The U.S. Federal Reserve faces its biggest dilemma yet as mistakes from the past come back to haunt, warns the CEO of one of the world’s largest independent financial advisory, asset management and fintech organisations.
The stark warning from deVere Group’s Nigel Green comes as US CPI data published yesterday reveals that core inflation rose in February in the world’s largest economy.
He says: “The headline CPI last month had risen by 6% from last year, down from the 6.4% pace recorded in January, as expected.
“However, core inflation which takes out volatile elements such as food and energy prices, jumped 0.5% on the month and 5.5% on the year.
“This presents the biggest dilemma yet for the Fed.”
Nigel Green continues: “The U.S. central bank has the unenviable task of trying to cool high inflation – which remains stubbornly high and with core inflation on the rise again – despite one of the most aggressive rate hike programs in the world, as well as maintaining financial stability, in the face of the second and third biggest bank failures in U.S. history in recent days.
“It’s time for an honest conversation. The Fed has already spectacularly failed to control inflation so far.
“Now, they need to roll higher rates to cool inflation, but these pumped-up rates could trigger yet more problems for the critical banking sector.
“Investors are increasingly concerned that the Fed’s overtightening now – when monetary policy time lags are notoriously long – could steer the U.S. economy into a recession.”
The time lag in monetary policies is very high. Economists estimate interest rate changes take up to 18 months to have the full effect. This means monetary policymakers need to try and predict the state of the economy for up to 18 months ahead.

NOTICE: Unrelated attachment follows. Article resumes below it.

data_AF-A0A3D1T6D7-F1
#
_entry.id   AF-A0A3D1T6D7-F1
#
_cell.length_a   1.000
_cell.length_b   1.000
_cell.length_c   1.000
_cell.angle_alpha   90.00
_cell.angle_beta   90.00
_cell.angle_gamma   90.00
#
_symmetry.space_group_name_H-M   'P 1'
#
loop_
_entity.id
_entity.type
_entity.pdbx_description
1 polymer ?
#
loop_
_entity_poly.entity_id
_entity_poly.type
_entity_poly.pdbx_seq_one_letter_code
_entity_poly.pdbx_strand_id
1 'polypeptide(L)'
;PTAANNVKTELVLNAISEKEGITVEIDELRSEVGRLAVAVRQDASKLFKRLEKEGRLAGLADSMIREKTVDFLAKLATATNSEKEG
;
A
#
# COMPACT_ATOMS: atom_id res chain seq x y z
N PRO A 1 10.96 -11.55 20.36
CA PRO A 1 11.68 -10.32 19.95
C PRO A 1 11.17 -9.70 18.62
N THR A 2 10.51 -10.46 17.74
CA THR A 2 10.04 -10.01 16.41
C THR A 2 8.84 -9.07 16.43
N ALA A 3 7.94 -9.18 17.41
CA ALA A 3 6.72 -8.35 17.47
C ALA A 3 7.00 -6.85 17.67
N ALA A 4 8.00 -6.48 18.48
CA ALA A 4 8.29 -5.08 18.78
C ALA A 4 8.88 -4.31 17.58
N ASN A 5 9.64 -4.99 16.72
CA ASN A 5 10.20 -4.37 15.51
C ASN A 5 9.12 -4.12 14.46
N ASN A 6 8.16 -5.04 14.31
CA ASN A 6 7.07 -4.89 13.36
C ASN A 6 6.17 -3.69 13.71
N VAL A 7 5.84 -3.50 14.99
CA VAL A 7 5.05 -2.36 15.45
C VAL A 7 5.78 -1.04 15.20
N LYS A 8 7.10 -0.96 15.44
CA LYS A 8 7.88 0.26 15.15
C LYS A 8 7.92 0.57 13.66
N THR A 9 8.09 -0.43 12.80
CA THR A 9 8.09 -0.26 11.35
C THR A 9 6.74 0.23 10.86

“We expect the central bank will remain hawkish. They will argue there’s not enough evidence to revise the hikes.”
The deVere CEO says, “mistakes from the past come back to haunt” the Federal Reserve.
“The Fed didn’t act quickly enough to tame inflation. They resisted raising interest rates from near-zero levels for most of 2021, even as prices began shooting up due to pandemic-related supply chain snarls, Covid outbreaks and a persistent labour shortage, amongst other issues,” he notes. “This all leads to sky-high inflation – and especially wage inflation.”
It would seem that the Fed hasn’t learned the lessons from the 1980s.
“During much of the 1970s, the U.S. central bank refused to roll out rate hikes, probably due to political pressure from leaders unwilling to allow higher unemployment on their watch.
“Of course, this made workers keep asking for ever higher salaries, which forced businesses to keep increasing prices to compensate, and which led to the infamous 1980’s wage-price spiral and the recession.”
The deVere chief also flags not bringing quantitative easing (Q.E.) to an end sooner as another potential mistake made by the Fed.
In 2022, the Fed brought an end to its Q.E. policy involving purchases of Treasury and mortgage-backed securities. Q.E. was aimed at providing more liquidity to capital markets.
“Could Q.E. have helped spur inflation as the increased money supply resulted in too much money chasing too few goods and services at that time?” he asks.
Nigel Green concludes: “Mistakes of the past are coming back to haunt the Fed as they face their toughest decision yet at their next meeting on March 22.”